have humanitarian effects, which are incidental. And of course, just about every

intervention is declared to be humanitarian—Hitler, Mussolini, everybody. But

real ones, real humanitarian intent, that’s extremely hard to find. There may

not be any examples. So Clinton’s not unusual. But there are many ways in

which we can act to improve things in the world.

For

example, the easiest way is by not participating in escalating atrocities. And

we’re doing it right now. I’m not talking about the past, not last year.

Next year. So, one of Clinton’s main projects for next year is a huge increase

in military aid to Colombia. Colombia has the worst human rights record in the

hemisphere and has had it for the last ten years, mostly because human rights

violations in our other client states declined so it went up. It’s also been

the leading recipient of U.S. military aid and training during that decade,

going on right under Clinton. Now it’s going to go up even further.

Notice

that Colombia has now replaced Turkey at the top of the recipients of U.S.

military aid (actually there’s another category, Israel and Egypt, but

that’s a separate category for totally other reasons). But among the countries

that get military aid, Turkey was top until this year, now Colombia has moved to

the top. The reason is that Turkey was carrying out a murderous, brutal,

counterinsurgency program and ethnic cleansing operation (notice this is within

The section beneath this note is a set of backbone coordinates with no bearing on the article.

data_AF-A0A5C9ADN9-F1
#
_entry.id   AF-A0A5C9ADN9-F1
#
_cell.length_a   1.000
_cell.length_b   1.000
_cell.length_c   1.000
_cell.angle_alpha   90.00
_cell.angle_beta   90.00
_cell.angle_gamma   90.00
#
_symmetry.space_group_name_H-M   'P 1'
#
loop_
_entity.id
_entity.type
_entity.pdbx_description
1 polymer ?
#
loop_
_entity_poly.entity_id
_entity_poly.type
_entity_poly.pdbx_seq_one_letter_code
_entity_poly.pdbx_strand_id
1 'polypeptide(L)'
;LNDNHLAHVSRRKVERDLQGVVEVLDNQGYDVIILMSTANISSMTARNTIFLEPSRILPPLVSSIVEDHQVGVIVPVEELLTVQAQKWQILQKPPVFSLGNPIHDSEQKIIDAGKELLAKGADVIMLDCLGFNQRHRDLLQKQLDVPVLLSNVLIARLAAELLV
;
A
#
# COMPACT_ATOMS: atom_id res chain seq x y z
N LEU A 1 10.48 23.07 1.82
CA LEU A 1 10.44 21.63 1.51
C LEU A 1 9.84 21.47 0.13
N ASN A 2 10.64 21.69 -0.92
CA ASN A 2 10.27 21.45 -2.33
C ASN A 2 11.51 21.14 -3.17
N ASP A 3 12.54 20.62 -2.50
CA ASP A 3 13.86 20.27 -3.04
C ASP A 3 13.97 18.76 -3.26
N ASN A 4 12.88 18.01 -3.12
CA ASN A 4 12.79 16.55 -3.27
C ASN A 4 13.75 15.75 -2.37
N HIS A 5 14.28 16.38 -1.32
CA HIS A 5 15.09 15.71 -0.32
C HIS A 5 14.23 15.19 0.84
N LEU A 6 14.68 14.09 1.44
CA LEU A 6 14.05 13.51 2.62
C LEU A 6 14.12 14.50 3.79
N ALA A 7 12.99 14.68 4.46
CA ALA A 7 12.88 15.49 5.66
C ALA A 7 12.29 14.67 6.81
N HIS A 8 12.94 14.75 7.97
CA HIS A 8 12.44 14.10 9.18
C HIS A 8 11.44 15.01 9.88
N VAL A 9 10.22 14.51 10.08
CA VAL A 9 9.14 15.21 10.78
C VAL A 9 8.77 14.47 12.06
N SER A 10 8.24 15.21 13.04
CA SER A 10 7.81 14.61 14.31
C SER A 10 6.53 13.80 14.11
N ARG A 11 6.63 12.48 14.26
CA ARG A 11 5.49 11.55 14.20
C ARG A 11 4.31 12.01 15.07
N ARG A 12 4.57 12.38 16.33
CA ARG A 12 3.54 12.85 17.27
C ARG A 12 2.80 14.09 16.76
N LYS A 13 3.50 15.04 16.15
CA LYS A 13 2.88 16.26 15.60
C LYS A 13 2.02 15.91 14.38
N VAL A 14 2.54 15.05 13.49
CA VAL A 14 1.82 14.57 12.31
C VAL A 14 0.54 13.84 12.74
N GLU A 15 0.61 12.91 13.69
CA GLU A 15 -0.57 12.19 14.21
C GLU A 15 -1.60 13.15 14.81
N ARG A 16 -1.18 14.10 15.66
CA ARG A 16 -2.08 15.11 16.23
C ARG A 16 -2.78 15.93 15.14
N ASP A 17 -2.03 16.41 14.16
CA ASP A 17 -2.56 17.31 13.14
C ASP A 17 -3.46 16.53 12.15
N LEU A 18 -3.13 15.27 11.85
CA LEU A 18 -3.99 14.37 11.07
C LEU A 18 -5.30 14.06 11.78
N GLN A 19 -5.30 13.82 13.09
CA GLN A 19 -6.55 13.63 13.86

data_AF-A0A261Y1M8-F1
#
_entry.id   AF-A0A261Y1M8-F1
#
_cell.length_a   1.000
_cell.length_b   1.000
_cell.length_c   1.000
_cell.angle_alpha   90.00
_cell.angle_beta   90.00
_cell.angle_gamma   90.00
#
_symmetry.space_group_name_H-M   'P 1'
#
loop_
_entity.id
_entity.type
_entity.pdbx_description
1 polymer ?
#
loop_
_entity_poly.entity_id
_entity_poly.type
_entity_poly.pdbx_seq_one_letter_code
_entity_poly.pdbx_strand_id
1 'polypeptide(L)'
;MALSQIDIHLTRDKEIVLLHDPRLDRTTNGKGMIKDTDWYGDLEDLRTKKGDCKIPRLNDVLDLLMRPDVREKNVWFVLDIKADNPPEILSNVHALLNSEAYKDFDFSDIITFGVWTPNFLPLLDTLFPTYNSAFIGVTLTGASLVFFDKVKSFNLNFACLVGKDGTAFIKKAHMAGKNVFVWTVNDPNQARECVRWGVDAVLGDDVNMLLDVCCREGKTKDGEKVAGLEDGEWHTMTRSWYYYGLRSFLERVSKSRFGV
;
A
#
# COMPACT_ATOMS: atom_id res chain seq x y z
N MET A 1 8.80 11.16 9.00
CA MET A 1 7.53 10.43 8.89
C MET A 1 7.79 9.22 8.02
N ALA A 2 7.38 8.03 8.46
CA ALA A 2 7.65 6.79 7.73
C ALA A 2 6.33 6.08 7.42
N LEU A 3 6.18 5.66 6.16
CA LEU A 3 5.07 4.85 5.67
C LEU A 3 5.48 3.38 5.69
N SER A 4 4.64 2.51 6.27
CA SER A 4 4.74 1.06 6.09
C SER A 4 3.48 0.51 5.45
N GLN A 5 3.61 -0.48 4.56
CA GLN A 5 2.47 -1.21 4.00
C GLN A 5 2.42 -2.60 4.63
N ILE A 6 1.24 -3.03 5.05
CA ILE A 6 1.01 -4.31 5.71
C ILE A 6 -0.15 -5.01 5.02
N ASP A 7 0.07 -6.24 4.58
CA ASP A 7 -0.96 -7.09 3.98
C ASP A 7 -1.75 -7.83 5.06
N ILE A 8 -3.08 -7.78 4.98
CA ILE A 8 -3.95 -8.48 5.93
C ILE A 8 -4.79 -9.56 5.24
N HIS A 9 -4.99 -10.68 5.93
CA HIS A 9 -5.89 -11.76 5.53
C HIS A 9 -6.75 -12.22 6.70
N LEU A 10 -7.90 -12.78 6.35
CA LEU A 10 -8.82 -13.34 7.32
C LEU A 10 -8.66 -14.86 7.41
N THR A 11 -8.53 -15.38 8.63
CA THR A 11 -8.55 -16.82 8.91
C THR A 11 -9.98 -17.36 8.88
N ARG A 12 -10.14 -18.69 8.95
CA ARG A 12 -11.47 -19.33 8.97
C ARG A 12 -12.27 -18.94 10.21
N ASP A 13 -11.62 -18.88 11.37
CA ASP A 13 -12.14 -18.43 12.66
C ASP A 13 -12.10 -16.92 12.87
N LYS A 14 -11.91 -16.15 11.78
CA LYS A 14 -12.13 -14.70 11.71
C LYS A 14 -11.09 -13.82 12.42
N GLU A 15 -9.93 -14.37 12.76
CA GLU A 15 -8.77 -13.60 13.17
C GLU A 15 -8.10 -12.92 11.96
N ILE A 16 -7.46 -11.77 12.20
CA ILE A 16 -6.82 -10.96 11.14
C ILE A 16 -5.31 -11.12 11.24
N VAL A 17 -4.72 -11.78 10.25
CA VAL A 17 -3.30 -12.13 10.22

NATO, it’s not across the borders) which led to about 2-3 million refuges,

3,500 towns destroyed—that’s about seven times Kosovo—tens of thousands of

people killed. How were they doing it? Well, with U.S. military aid that the

Clinton administration was pouring in. As the atrocities escalated the aid

escalated, a lot of it illegal because it was banned by Congress so it had to be

done in devious ways. Why has that declined? Because they pretty much suppressed

the indigenous population that they were attacking, so therefore the aid has

declined. Now it’s shifting over to Colombia where they still have that

problem. About 70%- 80% of the atrocities, several thousand killed a year, are

attributed (even by the State Department) to the paramilitaries who are tightly

linked with the military. The aid is going to exactly those people. It’s being

directed for a counterinsurgency war, it’s going to attack peasants. It’s

avoiding the areas of paramilitary control, even though everybody knows that the

paramilitaries are up to their neck in narco-trafficking, just as the military

is. All of this is under the cover of a drug war, which nobody takes seriously

who knows anything about either Colombia or drugs. OK, that’ s going to

escalate atrocities. That’s very likely going to escalate what is already the

worst level of human rights violations in the hemisphere and it’ s going to

get even higher.

OK,

you want to stop. Again, before talking about the academic issue of humanitarian

intervention (of which there are no known examples), you can start by not

escalating atrocities as you have been doing in the past. So instead of

continuing to escalate atrocities, say, in Turkey, and I could give a long list

of others, don’t do it in Colombia, and plenty of other places. So there’s a

lot that can be done. It’s not that there’s nothing that can be done; but

you have to be serious about it.